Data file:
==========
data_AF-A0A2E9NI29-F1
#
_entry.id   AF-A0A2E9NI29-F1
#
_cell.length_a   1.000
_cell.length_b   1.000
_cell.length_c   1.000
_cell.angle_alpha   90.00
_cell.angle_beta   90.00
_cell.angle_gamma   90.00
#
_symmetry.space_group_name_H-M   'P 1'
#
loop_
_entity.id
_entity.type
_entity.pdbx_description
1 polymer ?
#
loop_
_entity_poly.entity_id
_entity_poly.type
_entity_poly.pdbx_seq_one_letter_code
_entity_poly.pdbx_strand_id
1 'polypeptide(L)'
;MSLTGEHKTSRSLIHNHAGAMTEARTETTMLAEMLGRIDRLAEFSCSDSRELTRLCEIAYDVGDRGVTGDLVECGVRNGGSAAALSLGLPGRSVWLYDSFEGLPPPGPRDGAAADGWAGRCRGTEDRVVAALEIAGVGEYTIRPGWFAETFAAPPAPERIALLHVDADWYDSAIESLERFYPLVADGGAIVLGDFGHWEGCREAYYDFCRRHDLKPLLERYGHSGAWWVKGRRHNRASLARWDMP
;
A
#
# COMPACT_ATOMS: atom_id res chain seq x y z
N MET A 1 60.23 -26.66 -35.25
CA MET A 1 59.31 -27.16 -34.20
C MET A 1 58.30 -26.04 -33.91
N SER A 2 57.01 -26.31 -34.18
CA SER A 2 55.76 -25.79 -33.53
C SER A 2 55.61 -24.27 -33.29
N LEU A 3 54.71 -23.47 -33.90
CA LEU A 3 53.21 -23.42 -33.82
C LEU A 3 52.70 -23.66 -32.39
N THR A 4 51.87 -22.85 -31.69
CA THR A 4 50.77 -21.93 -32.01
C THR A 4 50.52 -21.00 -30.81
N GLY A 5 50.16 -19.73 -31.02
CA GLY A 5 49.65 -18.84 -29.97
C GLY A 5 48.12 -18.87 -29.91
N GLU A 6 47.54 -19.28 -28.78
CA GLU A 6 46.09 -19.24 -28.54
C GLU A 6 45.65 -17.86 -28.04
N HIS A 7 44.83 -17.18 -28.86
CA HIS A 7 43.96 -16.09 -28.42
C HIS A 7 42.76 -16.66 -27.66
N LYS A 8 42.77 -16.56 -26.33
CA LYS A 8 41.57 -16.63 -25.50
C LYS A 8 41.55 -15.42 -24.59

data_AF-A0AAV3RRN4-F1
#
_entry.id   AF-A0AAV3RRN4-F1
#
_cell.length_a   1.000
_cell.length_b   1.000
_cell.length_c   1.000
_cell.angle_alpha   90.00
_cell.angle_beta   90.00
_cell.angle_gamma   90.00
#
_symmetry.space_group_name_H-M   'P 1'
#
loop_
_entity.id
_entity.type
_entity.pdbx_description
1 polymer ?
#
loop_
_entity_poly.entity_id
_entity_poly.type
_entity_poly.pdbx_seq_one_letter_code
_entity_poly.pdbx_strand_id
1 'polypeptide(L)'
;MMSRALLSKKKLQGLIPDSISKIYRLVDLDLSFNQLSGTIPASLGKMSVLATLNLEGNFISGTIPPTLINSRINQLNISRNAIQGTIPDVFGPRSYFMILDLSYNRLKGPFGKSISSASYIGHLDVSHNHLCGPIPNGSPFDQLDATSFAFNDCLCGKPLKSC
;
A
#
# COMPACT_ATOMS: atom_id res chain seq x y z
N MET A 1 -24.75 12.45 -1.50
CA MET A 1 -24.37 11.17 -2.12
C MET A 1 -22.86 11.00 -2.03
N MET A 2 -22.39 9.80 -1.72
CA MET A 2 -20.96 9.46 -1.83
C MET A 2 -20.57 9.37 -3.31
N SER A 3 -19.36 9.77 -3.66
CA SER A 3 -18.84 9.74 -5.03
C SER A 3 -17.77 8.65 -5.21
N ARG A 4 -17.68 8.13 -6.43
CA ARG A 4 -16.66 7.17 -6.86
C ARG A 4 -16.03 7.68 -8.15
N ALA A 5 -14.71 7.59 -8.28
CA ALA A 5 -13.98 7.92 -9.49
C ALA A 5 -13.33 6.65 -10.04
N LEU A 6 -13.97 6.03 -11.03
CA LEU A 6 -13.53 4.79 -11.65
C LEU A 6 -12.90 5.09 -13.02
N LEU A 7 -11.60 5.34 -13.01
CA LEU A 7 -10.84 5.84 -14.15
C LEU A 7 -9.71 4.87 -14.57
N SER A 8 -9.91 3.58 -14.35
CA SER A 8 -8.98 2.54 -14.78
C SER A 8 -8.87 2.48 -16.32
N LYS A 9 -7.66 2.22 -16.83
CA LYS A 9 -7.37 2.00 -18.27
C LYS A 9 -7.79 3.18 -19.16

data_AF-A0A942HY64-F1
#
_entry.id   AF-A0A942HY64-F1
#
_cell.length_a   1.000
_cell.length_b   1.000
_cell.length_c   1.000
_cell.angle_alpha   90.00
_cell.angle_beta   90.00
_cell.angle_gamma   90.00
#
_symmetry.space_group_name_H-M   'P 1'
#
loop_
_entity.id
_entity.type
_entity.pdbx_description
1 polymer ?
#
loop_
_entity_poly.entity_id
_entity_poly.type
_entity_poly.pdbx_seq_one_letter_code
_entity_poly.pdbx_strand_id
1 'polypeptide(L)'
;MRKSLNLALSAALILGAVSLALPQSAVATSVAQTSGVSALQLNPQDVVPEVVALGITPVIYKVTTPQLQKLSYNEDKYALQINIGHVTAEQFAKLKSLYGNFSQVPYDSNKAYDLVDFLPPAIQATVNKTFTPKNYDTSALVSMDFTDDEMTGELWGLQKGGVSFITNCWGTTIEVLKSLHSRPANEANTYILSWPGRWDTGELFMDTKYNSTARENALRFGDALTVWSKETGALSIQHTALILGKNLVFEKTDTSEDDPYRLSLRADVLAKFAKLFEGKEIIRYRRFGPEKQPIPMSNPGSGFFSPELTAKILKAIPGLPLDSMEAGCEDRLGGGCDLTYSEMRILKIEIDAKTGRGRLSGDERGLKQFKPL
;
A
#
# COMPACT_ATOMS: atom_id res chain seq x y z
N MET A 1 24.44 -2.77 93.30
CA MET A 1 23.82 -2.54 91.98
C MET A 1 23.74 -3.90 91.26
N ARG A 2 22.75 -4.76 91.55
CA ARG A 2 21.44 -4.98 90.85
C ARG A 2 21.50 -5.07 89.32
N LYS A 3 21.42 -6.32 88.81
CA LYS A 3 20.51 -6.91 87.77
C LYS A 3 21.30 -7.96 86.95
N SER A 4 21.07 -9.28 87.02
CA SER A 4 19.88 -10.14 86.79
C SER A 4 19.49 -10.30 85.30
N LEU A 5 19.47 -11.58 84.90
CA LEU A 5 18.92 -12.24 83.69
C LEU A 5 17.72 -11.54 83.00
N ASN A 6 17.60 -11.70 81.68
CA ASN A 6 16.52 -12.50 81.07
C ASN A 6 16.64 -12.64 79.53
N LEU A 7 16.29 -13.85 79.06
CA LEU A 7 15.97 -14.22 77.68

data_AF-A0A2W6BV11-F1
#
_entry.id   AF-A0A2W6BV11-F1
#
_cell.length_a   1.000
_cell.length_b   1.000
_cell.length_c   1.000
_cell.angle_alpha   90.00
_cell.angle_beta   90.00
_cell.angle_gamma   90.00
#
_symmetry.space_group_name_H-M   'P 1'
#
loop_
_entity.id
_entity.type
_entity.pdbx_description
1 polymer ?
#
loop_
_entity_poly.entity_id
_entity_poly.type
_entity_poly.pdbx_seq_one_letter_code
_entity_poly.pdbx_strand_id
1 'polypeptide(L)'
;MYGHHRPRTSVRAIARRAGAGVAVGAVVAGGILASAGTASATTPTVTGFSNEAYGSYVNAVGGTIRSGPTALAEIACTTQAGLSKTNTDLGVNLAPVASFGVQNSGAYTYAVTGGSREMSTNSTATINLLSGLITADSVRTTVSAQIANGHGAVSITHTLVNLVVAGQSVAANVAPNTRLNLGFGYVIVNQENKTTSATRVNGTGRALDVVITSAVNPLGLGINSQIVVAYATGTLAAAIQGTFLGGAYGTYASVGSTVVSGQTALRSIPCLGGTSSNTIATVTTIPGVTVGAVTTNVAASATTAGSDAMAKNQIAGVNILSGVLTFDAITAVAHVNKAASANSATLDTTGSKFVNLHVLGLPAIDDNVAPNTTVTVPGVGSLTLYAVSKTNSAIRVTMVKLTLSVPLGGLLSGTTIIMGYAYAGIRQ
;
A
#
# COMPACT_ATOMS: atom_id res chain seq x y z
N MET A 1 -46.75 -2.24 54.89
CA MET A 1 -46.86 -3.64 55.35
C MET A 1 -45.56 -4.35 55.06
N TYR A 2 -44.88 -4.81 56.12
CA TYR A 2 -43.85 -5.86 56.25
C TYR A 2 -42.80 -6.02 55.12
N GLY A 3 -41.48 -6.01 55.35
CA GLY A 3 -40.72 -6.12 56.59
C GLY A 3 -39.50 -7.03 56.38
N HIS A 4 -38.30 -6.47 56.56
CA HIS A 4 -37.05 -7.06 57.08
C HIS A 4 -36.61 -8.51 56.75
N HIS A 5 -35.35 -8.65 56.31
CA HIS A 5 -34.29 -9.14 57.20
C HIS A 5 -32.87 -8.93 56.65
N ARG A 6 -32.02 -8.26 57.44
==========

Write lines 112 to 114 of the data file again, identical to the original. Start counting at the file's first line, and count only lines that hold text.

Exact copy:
data_AF-A0A942HY64-F1
#
_entry.id   AF-A0A942HY64-F1